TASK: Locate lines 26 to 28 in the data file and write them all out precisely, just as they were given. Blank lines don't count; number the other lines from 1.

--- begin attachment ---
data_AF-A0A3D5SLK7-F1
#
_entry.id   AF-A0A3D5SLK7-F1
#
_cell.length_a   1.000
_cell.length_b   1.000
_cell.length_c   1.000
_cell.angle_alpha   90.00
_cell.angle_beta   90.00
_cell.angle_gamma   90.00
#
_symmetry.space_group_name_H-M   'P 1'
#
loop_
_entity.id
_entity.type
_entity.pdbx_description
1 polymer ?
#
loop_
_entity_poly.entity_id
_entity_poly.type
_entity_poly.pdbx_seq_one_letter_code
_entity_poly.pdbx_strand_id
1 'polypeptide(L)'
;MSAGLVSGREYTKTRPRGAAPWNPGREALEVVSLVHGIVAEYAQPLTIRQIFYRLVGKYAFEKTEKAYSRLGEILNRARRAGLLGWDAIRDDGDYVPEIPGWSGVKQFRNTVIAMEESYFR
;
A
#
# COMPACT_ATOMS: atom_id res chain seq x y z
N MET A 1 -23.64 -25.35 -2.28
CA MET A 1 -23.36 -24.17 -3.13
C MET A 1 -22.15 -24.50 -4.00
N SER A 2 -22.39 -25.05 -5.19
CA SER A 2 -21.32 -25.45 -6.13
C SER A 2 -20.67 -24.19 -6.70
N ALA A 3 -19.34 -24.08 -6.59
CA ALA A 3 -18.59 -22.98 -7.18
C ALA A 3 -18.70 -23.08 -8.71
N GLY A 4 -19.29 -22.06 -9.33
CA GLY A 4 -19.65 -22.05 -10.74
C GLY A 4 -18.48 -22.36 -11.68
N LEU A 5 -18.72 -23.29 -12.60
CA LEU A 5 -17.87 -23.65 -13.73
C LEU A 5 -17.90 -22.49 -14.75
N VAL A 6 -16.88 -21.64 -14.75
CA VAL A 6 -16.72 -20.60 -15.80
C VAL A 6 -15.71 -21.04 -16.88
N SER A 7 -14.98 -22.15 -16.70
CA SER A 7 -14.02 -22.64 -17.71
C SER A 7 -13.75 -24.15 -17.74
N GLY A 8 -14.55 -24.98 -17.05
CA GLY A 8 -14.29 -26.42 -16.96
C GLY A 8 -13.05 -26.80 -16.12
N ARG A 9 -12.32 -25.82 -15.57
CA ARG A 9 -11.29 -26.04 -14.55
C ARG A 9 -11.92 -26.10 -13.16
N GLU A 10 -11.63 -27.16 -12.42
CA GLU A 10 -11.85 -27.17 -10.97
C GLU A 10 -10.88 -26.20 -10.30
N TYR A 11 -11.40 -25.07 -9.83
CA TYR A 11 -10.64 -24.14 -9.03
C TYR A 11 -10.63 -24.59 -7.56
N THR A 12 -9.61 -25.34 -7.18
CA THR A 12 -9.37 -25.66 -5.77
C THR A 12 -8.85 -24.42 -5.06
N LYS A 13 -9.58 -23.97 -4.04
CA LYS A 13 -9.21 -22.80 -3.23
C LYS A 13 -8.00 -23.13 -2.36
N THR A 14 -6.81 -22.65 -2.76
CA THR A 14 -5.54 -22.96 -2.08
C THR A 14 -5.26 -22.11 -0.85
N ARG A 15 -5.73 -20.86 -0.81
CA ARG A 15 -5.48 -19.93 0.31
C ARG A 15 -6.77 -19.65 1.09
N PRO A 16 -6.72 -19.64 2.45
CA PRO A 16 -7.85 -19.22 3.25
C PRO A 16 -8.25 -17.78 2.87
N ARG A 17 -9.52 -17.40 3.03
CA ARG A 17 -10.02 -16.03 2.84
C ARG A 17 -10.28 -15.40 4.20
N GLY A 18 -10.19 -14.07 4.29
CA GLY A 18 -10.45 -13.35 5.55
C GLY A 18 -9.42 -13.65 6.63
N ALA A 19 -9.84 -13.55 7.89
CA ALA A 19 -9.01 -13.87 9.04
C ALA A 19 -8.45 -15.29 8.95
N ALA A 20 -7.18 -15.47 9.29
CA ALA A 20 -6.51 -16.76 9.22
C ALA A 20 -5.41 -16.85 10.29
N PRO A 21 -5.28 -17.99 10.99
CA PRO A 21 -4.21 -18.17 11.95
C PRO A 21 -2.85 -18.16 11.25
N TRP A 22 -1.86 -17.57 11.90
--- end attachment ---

;MSAGLVSGREYTKTRPRGAAPWNPGREALEVVSLVHGIVAEYAQPLTIRQIFYRLVGKYAFEKTEKAYSRLGEILNRARRAGLLGWDAIRDDGDYVPEIPGWSGVKQFRNTVIAMEESYFR
;
A